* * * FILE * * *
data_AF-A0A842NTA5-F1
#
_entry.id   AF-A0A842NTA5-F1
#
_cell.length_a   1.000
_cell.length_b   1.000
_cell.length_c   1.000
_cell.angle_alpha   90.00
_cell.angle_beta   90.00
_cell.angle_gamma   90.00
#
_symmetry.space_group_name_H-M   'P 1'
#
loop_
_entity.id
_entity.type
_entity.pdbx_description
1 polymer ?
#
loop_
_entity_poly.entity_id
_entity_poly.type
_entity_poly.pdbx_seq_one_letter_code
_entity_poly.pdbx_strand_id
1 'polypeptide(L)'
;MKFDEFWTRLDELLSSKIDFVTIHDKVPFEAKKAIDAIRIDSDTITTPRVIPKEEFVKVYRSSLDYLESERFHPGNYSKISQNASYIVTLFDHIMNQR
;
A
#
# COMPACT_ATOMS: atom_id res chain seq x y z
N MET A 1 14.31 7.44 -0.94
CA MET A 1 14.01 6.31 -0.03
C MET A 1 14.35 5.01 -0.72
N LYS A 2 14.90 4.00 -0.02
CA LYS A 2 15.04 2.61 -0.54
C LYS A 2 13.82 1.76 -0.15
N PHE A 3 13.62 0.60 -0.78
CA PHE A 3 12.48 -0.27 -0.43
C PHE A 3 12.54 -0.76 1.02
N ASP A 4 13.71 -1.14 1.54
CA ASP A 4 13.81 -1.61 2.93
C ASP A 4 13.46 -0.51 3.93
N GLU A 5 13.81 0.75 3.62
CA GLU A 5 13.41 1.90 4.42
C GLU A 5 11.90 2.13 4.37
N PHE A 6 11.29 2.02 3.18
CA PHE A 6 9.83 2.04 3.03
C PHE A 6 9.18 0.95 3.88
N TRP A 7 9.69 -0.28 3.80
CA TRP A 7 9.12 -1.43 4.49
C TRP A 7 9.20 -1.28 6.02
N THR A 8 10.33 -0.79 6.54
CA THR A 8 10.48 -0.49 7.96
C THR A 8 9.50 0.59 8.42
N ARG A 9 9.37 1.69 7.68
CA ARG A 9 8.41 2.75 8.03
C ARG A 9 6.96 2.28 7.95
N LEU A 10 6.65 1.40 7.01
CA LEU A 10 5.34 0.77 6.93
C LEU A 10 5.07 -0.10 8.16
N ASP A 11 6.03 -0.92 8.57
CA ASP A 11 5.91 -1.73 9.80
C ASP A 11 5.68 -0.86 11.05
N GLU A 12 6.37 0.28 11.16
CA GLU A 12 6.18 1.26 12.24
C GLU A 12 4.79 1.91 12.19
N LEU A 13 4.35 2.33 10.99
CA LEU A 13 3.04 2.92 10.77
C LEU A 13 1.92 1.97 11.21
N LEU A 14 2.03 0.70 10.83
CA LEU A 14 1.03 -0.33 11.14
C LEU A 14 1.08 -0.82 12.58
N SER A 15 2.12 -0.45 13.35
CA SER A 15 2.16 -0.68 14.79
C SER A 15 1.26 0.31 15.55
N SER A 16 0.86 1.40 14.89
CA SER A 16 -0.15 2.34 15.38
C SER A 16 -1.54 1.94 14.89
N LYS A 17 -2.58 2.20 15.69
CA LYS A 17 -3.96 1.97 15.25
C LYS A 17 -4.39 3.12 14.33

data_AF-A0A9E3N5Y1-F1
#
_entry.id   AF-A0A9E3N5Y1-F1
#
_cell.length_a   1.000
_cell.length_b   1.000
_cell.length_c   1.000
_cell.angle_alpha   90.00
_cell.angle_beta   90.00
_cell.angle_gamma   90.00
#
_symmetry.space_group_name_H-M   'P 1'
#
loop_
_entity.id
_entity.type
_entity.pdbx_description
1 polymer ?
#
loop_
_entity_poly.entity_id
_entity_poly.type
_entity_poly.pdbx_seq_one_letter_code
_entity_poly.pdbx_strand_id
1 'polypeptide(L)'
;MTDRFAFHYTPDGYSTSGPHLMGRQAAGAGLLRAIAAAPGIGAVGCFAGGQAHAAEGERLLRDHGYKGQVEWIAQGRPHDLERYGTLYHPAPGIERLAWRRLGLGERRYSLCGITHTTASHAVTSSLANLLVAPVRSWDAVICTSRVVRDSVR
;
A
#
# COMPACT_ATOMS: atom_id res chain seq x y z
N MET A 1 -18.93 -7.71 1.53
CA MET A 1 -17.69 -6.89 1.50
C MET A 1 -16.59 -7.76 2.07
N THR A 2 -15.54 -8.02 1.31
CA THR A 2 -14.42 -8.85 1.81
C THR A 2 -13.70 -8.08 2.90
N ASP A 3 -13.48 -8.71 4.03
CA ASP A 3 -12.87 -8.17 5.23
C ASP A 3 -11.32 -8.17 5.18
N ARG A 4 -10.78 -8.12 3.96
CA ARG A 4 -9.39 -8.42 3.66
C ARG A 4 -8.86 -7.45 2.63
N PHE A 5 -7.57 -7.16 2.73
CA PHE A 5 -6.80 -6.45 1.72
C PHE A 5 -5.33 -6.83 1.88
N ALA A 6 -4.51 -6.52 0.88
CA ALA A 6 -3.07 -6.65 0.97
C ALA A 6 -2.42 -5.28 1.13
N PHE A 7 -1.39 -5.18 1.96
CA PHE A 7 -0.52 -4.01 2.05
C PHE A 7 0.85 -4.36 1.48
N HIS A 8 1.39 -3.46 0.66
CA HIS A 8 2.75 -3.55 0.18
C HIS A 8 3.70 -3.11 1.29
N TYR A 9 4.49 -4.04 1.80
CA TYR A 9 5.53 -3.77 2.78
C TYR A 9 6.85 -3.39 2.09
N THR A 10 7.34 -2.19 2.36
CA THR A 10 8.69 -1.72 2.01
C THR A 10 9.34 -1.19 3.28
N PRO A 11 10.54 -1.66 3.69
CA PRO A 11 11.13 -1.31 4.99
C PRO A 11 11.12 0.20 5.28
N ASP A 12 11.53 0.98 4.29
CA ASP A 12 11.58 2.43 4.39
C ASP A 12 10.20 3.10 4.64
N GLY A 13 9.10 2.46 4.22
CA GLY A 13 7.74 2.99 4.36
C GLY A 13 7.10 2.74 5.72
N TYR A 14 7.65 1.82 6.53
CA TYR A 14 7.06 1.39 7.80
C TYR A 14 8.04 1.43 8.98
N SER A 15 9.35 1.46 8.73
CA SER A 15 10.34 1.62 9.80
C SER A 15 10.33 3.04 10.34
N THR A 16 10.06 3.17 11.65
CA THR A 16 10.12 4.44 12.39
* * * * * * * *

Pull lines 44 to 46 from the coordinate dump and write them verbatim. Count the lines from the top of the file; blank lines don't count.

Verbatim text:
CA GLU A 5 13.41 1.90 4.42
C GLU A 5 11.90 2.13 4.37
N PHE A 6 11.29 2.02 3.18